Tuesday, August 4th, 2009
By Nancy Allen
New extension educator hired
Jim Hoorman tapped for post in state's No. 1 ag income county
A longtime OSU Extension employee has been named the new extension educator for Mercer County on a part-time basis.
Jim Hoorman started work on Monday and replaces Todd Mangen, who left five months ago after learning the full-time position was being cut due to statewide budget concerns. Hoorman will spend 50 percent of his time in Mercer County and the rest working for OSU Extension on various state, regional and national projects.
He will travel between extension offices in Celina and Lima.
In his new post in Mercer County, he will focus on two main areas: agriculture environmental management particularly related to educating farmers about best management practices that help their bottom line and improve water quality, and farm management as it relates to the business side of agriculture.
"I will still do the more common programming like pesticide application updates and other types of programming, but I'm going to specialize mostly on improving nutrient management," Hoorman said. "This is a pretty hot topic here."
Hoorman was an extension agent between 1987 and 1993 in Defiance and Williams counties. He left extension to work for five years in the private sector for Farmers National Company, managing 17,000 acres on 51 mostly livestock farms across Ohio. He went back to the extension in 1997 and worked on water quality issues at Indian Lake for a few years. After that he worked on several special projects funded through grants, many of them involving poultry manure and related research before getting tapped for the Mercer County post.
Hoorman has master's degrees in business and agricultural economics, along with a bachelor's degree in animal science. He currently is working on his doctorate in environmental sciences, studying the use of cover crops to recycle soil nutrients (nitrogen and phosphorous) and soil compaction.
Hoorman is at the forefront of studies on the agricultural and environmental benefits of using winter cover crops. He routinely speaks on the topic in Ohio and throughout the country. On Wednesday and Thursday he will be the featured speaker at a conference in Pennsylvania talking to state senators, county commissioners, consultants, farmers and agency people. In January he will speak at the national no-till conference in Iowa.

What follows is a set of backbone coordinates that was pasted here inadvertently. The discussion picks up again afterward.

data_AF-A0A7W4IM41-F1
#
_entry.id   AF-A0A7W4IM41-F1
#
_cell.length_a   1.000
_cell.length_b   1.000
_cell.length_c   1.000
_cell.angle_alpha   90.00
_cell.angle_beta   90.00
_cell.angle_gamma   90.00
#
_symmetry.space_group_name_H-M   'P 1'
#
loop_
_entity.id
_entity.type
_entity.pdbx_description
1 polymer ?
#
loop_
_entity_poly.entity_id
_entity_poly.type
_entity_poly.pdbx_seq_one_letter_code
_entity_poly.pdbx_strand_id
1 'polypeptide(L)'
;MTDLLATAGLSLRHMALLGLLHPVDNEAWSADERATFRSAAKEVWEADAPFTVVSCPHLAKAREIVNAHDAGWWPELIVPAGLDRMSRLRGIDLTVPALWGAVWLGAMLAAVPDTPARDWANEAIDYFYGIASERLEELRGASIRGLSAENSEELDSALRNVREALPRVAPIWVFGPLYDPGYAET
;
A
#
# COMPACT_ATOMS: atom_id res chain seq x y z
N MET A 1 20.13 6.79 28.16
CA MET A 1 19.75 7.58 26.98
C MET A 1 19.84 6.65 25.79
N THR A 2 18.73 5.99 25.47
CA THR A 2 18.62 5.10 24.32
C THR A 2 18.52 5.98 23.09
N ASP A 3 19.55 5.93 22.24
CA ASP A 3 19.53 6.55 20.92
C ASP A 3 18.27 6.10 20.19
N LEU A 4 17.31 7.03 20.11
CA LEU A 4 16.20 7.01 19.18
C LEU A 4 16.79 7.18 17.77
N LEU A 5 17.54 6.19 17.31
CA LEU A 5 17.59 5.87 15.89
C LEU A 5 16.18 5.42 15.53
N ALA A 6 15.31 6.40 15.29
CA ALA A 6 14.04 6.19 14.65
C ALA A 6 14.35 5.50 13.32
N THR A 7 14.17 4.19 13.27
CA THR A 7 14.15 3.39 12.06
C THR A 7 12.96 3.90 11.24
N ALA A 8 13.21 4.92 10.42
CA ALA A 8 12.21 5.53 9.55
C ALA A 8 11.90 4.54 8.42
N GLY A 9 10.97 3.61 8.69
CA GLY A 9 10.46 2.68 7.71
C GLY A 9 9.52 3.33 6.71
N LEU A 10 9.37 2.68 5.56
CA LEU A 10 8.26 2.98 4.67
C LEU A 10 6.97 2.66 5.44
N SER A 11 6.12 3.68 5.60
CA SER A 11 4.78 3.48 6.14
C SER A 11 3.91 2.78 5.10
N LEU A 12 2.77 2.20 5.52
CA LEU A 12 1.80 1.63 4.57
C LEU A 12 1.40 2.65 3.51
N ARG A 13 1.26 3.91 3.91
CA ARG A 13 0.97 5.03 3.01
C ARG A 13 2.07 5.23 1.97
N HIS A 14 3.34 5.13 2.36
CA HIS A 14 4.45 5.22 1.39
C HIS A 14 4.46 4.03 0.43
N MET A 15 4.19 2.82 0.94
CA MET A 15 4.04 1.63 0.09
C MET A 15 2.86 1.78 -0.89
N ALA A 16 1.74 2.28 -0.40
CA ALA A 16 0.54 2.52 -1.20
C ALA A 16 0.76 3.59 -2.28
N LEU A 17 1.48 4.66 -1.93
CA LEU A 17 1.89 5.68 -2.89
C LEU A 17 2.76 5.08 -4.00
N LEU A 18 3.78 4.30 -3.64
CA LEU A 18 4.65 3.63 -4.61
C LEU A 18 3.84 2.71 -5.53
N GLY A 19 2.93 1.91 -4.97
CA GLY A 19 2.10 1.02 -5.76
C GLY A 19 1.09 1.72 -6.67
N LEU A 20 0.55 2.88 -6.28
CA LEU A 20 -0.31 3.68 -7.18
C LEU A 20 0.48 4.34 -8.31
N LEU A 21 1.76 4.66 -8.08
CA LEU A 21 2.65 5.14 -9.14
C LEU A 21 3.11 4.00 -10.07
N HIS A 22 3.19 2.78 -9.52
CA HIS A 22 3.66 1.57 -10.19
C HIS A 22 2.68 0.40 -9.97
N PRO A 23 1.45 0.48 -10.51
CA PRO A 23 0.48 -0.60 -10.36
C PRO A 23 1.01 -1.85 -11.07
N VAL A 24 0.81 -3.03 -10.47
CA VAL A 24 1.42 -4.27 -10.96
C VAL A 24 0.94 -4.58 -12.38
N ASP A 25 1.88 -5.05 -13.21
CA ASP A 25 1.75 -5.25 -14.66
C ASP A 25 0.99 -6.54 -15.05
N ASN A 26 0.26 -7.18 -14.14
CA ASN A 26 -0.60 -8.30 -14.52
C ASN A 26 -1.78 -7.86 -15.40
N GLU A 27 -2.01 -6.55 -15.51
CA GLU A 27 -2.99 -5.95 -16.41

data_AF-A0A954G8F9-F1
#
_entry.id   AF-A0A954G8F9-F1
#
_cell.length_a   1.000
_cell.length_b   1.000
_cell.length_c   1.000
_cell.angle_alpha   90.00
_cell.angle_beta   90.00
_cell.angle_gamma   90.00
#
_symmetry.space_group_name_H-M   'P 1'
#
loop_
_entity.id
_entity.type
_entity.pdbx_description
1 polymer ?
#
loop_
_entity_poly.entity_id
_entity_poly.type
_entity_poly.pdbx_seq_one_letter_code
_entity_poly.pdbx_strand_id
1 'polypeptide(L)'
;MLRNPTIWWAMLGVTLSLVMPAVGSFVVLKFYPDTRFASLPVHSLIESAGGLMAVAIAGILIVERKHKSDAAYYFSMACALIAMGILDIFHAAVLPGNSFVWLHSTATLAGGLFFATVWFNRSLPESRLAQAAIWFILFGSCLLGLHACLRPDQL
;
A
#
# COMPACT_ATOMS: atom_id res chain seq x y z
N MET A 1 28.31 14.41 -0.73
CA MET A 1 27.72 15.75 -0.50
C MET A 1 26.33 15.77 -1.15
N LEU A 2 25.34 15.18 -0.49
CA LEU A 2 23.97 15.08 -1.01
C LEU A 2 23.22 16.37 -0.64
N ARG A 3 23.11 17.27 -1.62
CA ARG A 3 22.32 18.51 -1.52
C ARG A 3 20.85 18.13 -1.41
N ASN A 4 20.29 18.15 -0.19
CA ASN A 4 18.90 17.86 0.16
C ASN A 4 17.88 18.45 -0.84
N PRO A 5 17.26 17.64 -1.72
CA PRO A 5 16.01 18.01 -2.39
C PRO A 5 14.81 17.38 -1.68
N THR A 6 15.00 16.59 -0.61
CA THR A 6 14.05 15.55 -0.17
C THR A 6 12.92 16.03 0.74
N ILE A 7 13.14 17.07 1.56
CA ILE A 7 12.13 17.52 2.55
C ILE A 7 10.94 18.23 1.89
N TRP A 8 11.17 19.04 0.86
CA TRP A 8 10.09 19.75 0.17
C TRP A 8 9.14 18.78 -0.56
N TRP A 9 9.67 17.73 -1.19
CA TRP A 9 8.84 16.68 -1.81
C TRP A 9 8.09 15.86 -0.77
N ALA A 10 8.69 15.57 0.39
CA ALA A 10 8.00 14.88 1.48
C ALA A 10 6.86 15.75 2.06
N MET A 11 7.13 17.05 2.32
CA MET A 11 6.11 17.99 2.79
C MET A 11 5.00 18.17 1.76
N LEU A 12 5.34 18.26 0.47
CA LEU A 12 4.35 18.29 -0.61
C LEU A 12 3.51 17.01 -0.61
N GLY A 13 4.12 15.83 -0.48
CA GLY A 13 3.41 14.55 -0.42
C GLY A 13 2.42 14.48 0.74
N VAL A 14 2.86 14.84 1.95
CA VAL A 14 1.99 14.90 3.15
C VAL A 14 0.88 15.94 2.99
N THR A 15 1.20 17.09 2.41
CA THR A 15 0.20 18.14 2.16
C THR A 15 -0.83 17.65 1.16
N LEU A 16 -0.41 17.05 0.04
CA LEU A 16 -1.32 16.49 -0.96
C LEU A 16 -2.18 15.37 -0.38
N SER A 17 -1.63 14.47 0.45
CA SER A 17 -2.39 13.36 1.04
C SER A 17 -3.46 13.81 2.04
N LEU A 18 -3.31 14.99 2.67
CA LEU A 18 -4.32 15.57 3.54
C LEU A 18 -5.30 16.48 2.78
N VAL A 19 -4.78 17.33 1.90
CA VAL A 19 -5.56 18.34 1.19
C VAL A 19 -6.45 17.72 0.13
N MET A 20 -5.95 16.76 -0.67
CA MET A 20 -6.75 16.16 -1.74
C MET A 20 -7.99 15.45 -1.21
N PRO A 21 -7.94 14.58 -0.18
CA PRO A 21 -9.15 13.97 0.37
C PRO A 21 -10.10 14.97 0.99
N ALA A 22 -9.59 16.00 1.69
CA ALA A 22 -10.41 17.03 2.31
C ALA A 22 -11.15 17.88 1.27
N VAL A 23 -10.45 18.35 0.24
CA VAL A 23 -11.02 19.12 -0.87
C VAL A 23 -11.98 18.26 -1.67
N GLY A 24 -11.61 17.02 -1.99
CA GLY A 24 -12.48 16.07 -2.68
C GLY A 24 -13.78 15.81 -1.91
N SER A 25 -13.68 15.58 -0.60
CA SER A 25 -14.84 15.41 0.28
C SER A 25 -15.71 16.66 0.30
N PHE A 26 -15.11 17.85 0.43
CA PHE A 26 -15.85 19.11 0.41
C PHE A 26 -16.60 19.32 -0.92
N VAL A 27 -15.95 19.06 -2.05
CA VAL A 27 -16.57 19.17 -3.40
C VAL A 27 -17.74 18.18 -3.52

Hoorman has advised and helped farmers in Mercer and Auglaize counties in recent years install cover crops as part of money that came to farmers in the Grand Lake Watershed to help improve water quality. Winter cover crops decrease soil erosion, provide a place to apply manure and reduce nutrient runoff.
"I'll be working on a very simple concept and that is keeping something living and growing on the soil year-round," he said. "The benefits of that include absorption of soil and manure nutrients, improved water infiltration, reduced soil compaction and improved water quality."
In recent months, he applied for two grants totaling almost $1.15 million. The first would help pay farmers to plant winter cover crops to reduce the amount of phosphorous and nitrogen runoff from farmland, and the second would use GPS technology to reduce nutrient loading to the lake. If those grants get approval, he would help implement them and perhaps be able to hire an assistant to help.
Hoorman said due to the state's shrinking budget and a smaller pool of extension educators, counties will have to share employees.
"We are starting to work more as a more specialized team," he said. "If questions are more specialized, I may pass those on to someone else who can better answer them, just like I hope some counties will pass questions on to me."
Hoorman said he doesn't yet have set office hours and many details of his job are still being worked out. He already received two horticulture-related questions on his first day. Hoorman said he eventually hopes to start a master gardeners program in the county to help people with fruit, vegetables and landscaping plant questions. He would need a volunteer willing to head that up.
But his main goal right how is to get out and meet farmers.
"I plan to do a lot of one-on-one teaching and meet farmers and see what their issues are," he said. "I plan to spend a lot of time visiting farmers on their own farms and work with them to solve their problems ... I don't think you can do that in the office."
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